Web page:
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What does Litvish mean to you?

So I was having a Facebook discussion last night with the person who wrote that post the other day about not being able to find a community to live in. She is very picky, due to some bad experiences (isn’t that what makes people racist too?) and has a long list of people she doesn’t want in her community.

No BT’s, no YU types, etc…it actually breaks my heart to hear people seriously talk like that – because when all is said and done, putting my sarcasm and humor aside – every community and sect no matter how frum or not frum, has interesting and fun people. So when I mentioned that I knew cool people who live in Lakewood – she said it’s too Litvish and demanded the names and surnames of those people as proof. I hear the term Litvish used all the time to describe yeszhivish people, but I don’t think it means what it used to mean.

I can dig up the true differences between Litvish and Yeshivish, but it seems that the only sect of Jews in the black hat community that really set themselves apart are the Yekkis, and you woundl’t even be able to tell Yekkish people from Litvishe people unless you were close to them.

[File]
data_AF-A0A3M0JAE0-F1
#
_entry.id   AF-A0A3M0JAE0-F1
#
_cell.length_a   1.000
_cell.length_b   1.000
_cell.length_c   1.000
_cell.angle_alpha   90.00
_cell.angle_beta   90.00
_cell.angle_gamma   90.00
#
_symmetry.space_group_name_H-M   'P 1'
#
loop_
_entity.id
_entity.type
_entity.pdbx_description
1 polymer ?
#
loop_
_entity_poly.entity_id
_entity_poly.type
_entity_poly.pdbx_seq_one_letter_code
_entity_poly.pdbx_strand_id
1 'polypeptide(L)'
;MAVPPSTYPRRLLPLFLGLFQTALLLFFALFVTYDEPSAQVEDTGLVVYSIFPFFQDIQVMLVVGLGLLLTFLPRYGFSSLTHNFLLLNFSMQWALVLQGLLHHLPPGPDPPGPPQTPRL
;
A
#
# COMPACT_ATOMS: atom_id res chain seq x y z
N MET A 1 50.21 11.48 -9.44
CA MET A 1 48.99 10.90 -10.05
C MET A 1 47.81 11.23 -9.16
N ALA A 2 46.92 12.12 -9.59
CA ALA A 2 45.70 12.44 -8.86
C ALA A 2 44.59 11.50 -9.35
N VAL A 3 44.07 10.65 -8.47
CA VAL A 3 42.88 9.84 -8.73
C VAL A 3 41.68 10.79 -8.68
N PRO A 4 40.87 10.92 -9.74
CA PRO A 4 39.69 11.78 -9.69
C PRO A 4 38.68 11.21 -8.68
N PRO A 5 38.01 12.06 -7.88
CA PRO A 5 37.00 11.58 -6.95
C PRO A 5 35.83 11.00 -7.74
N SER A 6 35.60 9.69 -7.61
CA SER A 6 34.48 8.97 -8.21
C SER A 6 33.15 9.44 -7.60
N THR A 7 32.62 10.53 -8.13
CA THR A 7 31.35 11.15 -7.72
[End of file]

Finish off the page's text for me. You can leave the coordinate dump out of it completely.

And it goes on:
For the life of me I cannot see the differences between Litvish, Ungarish, Galitzianish and Yekkish people. Maybe someone camn enlighten me. I know the stereotypes about Ungarish people being fancy and having good food and chandaliers. My grandparents are Hungarian, but I have never noticed anything fancy in my life (might have to do with the fact I grew up poor) but my black hat Ungarish relatives didn’t do anything of the sort.